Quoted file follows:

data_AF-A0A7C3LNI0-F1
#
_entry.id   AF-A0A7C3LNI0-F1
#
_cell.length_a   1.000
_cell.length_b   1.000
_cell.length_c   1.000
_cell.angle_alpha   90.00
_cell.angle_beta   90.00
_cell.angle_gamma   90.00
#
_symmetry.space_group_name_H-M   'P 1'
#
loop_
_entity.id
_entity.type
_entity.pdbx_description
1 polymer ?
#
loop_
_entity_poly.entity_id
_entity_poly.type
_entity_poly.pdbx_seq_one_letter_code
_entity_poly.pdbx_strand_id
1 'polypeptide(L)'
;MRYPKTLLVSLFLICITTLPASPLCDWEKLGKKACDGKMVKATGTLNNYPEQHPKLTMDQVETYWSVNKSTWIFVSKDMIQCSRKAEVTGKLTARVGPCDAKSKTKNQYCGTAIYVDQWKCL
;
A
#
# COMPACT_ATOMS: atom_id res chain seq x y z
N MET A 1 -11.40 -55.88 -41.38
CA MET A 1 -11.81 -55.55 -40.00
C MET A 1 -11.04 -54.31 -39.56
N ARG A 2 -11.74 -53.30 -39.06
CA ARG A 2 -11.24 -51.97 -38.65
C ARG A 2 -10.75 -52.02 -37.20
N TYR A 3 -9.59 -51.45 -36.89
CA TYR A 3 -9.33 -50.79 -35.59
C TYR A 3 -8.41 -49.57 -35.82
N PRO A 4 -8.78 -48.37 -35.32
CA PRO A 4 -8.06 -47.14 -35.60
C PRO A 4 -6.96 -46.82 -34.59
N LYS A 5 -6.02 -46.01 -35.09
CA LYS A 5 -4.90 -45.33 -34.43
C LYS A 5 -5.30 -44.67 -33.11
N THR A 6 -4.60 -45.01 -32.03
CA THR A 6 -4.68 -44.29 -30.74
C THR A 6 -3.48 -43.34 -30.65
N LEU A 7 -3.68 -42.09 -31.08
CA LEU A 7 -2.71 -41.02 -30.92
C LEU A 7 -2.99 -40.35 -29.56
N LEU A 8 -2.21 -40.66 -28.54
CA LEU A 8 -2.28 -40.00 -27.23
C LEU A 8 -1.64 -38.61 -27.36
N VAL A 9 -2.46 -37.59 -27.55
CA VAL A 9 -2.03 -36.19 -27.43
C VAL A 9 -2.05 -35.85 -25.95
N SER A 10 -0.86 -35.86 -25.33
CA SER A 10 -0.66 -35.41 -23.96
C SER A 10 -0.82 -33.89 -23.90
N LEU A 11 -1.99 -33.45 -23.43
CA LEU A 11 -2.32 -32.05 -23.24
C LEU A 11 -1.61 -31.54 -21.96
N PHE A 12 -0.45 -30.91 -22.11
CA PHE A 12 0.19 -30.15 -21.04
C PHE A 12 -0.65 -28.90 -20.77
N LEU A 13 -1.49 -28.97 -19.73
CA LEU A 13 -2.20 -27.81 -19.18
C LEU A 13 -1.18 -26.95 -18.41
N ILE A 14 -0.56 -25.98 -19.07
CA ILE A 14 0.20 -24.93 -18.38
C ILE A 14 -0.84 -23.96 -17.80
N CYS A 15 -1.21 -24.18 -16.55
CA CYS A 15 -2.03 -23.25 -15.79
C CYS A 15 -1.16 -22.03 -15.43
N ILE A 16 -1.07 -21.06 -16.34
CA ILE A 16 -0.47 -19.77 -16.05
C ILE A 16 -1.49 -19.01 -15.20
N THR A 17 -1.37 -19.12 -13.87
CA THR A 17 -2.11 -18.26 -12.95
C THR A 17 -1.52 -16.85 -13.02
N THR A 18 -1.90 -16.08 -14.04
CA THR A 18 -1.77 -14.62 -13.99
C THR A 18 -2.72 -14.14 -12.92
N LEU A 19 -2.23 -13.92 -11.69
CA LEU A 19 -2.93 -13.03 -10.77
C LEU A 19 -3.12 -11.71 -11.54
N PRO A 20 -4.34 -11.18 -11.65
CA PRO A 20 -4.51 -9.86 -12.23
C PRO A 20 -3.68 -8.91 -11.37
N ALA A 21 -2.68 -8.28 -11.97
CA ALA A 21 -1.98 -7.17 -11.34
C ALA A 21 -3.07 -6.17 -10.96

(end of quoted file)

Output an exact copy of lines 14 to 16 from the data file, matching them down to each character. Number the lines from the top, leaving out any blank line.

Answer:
loop_
_entity.id
_entity.type